Do I have to have a partner?
Yes. A regular Rossiter workout requires two people, working toward a common goal, so you get much better results than one person stretching alone.
How long will the results last?
It depends. How long have you been in pain? If you’ve been suffering for years, it may take several weeks or months for you to begin feeling pain-free most of the time. But if you do the Rossiter techniques regularly, you will eventually get out of pain.
If pain returns, you now have new tools to relieve it quickly and effectively, without drugs, splints, shots, or surgery.
How often do I have to do the stretches?
Again, it depends on several factors. If your pain is new, maybe you need to do a workout only once, or once a month. If your pain is chronic, you may have to do it every day. Once you get used to a workout, you’ll get a much better sense of your own body and how quickly it responds to these techniques.
How long should a typical workout last?
No workout should ever last more than 45 minutes. The first workout or two might take an hour, until both of you get good at the techniques. But once you’re familiar with the techniques, you should be able to do a workout in 30 minutes.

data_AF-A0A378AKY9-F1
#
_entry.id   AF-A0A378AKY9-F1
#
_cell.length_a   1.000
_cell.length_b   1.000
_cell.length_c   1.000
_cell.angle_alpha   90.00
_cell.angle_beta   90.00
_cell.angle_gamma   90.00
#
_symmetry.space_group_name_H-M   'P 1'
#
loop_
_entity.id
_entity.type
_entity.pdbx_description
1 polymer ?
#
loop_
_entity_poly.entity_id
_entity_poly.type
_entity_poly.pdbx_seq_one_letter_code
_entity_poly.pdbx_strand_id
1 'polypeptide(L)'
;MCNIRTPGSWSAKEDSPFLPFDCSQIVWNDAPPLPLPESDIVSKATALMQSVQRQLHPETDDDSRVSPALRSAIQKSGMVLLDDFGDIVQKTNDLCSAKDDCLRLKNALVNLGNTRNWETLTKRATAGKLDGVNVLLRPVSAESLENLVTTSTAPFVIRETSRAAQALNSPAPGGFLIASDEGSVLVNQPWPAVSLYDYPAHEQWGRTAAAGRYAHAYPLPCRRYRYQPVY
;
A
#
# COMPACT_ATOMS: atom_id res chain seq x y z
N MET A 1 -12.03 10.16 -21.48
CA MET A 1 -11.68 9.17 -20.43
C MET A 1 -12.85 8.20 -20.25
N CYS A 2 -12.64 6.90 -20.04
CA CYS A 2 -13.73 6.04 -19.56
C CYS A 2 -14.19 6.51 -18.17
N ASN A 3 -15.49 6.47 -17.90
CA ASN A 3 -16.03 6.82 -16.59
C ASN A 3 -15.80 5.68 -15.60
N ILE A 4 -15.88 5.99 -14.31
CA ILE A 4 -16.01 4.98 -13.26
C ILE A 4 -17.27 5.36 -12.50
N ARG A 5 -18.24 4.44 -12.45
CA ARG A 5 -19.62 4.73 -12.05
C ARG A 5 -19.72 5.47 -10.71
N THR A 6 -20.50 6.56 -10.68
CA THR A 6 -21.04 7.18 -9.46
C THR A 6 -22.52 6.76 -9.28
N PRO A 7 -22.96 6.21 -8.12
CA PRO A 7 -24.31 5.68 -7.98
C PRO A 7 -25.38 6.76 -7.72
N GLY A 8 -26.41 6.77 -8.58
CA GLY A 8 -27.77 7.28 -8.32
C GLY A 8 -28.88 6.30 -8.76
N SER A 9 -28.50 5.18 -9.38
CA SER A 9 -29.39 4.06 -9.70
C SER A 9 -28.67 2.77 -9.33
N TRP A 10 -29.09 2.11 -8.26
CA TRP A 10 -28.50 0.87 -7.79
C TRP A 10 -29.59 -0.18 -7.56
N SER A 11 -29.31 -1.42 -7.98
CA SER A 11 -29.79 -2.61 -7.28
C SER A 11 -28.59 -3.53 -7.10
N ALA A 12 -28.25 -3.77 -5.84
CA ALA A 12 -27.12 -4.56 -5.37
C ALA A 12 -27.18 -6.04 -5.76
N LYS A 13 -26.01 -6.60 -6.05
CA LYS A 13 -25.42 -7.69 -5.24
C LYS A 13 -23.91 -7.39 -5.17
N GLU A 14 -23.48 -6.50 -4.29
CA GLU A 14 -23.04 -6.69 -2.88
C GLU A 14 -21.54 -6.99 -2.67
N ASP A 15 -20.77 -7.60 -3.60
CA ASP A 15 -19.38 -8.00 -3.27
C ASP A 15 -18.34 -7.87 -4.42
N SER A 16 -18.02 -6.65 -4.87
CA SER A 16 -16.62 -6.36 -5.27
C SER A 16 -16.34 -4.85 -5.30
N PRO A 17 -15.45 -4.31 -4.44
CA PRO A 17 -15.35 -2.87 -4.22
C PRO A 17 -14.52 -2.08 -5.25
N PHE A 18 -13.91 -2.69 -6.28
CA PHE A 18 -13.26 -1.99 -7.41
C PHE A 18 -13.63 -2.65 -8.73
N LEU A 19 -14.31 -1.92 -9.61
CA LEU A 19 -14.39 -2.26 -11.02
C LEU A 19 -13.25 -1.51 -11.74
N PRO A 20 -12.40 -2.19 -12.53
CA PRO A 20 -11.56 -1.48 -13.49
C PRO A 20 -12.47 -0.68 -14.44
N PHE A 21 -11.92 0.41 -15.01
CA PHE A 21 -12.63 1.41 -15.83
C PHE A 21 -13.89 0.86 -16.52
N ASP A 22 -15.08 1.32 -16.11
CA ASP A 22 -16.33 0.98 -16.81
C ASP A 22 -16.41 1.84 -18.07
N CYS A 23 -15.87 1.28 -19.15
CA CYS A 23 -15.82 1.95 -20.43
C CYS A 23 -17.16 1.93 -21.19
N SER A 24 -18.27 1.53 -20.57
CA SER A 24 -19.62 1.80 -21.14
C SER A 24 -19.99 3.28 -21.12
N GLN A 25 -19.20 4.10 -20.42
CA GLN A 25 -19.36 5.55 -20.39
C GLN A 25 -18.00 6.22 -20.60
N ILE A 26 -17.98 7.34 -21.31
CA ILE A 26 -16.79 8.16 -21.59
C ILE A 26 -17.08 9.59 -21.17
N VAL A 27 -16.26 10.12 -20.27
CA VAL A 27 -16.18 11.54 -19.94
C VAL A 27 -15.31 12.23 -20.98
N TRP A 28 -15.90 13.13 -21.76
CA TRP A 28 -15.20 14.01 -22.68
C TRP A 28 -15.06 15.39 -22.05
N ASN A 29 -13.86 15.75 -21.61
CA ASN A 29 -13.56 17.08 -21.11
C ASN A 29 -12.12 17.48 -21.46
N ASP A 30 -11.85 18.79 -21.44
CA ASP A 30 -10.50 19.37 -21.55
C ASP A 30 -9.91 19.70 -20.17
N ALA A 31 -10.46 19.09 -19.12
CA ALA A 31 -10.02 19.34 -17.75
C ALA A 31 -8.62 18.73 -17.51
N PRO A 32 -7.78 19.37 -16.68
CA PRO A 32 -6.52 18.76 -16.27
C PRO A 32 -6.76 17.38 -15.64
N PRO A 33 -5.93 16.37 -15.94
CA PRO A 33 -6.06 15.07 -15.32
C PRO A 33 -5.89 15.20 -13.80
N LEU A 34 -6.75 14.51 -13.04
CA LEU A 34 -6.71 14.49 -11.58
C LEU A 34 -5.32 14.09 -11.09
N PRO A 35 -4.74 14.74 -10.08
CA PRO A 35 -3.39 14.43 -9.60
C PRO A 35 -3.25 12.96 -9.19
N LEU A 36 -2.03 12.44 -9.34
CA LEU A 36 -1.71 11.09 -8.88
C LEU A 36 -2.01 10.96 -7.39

Are there any side effects?
You may have some slight bruising for a day or two and your muscles may feel a little tender or sore, but that will go away in time. If you do more than the recommended number of stretches or stretch way too hard, you may get bruises or soreness.
Are the techniques safe?
In the 15 years Rossiter & Associates has been working with corporate clients like Nissan, Goodyear, and Campbell’s Soup, no one has ever been hurt.
Can I do them if I’ve had surgery?
Yes. You can do the workouts if you’ve had surgery as long as you’ve been released by your doctor and you’re able to perform the stretching techniques. The only exceptions are low back surgery or surgery to treat sciatica pain, herniated disc, etc. That kind of surgery is a reason not to do the Rossiter techniques, since they are designed to be effective on the back in its natural form.
Why are the back techniques done on the thighs, don’t the stomach muscles support the back?